of many other Roman buildings also exist beneath the modern town, among the best preserved of which may be noted the public baths (Thermae Achilleae) under the cathedral, and those under the church of S. Maria dell’ Indirizzo. The number of baths is remarkable, and gives some idea of the luxury of the place in Roman times. Their excellent preservation is accounted for by their burial under the lava. The majority were excavated by Prince Ignazio Biscari (1719–1786), who formed an important private collection of antiquities. Of the ancient city walls no authenticated remains exist.
Catania has a considerable export trade in sulphur, pumice stone, asphalt, oranges and lemons, almonds, filberts, cereals, wine (the total production of wine in the province amounted to 28,600,000 gallons in 1905) and oil. The total value of exports in 1905 was £1,647,075, and of imports £1,326,055, the latter including notably coal, almost entirely from the United Kingdom, and wheat, from Russian ports. The harbour is a good one, and has been considerably enlarged since 1872; £128,000 was voted in 1905 towards the completion of the harbour works by the Italian government. Sulphide of carbon is produced here; and there are large dyeworks, and a factory for making bed-stuffing from seaweed.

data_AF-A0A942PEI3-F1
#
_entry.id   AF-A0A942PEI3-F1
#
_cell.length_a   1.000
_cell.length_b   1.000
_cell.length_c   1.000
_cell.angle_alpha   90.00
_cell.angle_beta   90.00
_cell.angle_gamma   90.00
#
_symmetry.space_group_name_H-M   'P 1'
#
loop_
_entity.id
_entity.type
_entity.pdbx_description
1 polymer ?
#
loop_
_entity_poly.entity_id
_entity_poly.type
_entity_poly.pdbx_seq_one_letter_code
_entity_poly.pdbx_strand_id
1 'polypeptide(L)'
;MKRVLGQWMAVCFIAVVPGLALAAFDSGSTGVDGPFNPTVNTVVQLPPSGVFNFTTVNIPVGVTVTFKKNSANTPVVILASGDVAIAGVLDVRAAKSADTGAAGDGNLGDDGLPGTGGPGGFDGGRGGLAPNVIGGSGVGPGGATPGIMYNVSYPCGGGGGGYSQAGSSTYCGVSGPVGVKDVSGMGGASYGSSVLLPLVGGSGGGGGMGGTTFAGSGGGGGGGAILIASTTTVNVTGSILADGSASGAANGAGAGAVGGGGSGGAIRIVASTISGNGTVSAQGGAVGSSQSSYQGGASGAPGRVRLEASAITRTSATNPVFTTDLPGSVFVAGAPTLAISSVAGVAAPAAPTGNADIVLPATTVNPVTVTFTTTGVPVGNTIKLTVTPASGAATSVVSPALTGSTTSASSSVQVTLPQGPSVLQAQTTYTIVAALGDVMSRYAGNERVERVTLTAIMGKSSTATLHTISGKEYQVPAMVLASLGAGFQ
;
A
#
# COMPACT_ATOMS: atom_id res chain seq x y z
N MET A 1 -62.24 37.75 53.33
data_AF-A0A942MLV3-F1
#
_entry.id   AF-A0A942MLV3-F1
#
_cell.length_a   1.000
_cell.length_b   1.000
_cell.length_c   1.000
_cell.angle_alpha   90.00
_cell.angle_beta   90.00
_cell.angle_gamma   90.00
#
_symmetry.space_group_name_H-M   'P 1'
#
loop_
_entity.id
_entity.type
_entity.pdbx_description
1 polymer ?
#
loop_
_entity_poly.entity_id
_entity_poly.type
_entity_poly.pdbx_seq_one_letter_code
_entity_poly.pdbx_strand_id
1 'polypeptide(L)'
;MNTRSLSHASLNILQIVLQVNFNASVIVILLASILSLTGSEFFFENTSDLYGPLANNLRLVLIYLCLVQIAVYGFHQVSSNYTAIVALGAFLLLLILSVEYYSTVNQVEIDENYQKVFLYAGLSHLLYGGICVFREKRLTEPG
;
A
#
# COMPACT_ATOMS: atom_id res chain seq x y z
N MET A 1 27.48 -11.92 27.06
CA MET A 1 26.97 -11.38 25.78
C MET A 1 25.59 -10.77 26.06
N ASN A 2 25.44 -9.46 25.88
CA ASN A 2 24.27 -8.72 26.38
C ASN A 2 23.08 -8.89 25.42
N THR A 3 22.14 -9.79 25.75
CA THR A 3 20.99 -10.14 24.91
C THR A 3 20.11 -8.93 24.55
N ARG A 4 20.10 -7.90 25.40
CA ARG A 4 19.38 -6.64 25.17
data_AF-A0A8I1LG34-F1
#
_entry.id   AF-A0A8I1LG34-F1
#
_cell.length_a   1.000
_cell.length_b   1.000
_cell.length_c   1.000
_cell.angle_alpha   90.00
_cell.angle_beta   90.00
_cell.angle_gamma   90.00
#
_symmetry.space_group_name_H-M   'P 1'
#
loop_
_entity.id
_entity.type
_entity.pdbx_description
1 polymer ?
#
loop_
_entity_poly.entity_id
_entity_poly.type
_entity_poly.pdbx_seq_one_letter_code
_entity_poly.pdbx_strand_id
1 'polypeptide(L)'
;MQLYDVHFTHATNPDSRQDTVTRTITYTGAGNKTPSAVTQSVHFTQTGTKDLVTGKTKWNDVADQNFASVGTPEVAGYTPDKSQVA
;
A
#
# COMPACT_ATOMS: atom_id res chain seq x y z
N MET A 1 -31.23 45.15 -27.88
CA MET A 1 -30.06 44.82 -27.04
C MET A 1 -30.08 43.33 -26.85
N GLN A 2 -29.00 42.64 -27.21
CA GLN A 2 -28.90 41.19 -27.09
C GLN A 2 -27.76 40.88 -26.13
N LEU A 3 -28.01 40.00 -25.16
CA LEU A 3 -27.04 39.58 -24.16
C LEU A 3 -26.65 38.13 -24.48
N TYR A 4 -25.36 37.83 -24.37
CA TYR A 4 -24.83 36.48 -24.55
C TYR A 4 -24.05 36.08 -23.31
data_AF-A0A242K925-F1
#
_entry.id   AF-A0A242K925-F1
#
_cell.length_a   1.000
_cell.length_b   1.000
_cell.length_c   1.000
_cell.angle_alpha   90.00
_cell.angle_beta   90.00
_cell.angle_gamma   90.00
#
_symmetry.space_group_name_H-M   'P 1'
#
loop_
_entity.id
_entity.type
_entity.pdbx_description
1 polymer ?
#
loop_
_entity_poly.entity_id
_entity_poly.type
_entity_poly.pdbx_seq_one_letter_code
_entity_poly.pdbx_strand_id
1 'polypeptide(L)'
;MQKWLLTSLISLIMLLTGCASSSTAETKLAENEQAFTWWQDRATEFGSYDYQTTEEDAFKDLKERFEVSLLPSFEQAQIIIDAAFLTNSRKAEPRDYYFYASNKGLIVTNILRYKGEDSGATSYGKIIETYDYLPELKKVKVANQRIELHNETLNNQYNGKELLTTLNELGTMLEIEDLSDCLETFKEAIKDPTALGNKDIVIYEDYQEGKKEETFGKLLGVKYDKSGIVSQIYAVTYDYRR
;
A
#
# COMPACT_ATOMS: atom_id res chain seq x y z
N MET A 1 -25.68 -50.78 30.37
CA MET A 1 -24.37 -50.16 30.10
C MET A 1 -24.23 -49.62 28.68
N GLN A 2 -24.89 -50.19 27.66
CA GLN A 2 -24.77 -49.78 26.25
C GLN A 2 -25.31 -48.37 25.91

The ancient Catina was founded in 729 B.C. by colonists from Naxos, perhaps on the site of an earlier Sicel settlement—the name is entirely un-Greek, and may be derived from κάτινον, which in the Sicel language, as catinum in Latin, meant a basin, and would thus be descriptive of the situation of the town. Charondas, a citizen of Catina, is famous as its lawgiver, but his date and his birthplace are alike uncertain; the fragments preserved of his laws show that they belong to a somewhat primitive period. The poet Stesichorus of Himera died here. Very little is heard of Catina in history until 476 B.C., when Hiero I. removed its inhabitants to Leontini, repeopled it with 5000 Syracusans and 5000 Peloponnesians, and changed its name to Aetna. In 461 B.C., however, with the help of Ducetius and the Syracusans, the former inhabitants recovered possession of their city and revived the old name. Catina was, however, an ally of Athens during the Syracusan expedition (415–413 B.C.), and served as the Athenian base of operations in the early part of the war. In 403 B.C. it was taken by Dionysius of Syracuse, who plundered the city, sold the inhabitants into slavery and replaced them with Campanian mercenaries. In the First Punic War it was one of the first cities of Sicily to be taken by the Romans (263 B.C.). Marcellus constructed a gymnasium here out of the booty of Syracuse. In 123 B.C. there was an eruption of Etna so violent that the tithe on the territory of Catina payable to Rome was remitted for ten years. It appears to have been a flourishing city in the ist century B.C., but to have suffered from the ravages of Sextus Pompeius. It became a Roman colonia under Augustus, and it is from this period that the fertile plain, hitherto called the plain of Leontini, begins to be called the plain of Catina. It seems to have been at this time the most important city in the island, to judge from the language of Strabo and the number of inscriptions found there. In A.D. 251 a lava stream threatened the town and entered the amphitheatre, which in the time of Theodoric had fallen into ruins, as is clear from the fact that he permitted the use of its fallen stones to build the city wall. It was recovered by Belisarius in 535, sacked by the Saracens in 902 and taken by the Normans. The latter founded the cathedral; but the town was almost entirely destroyed by earthquake in 1170, and devastated by Henry VI. in 1197. It became the usual residence of the Aragonese viceroys of the 13th and 14th centuries. In 1669 an eruption of Etna partly filled up the harbour, but spared the town, which was, however, almost entirely destroyed by the earthquake of 1693. Since that catastrophe it has been rebuilt, and has not further suffered from its proximity to Etna.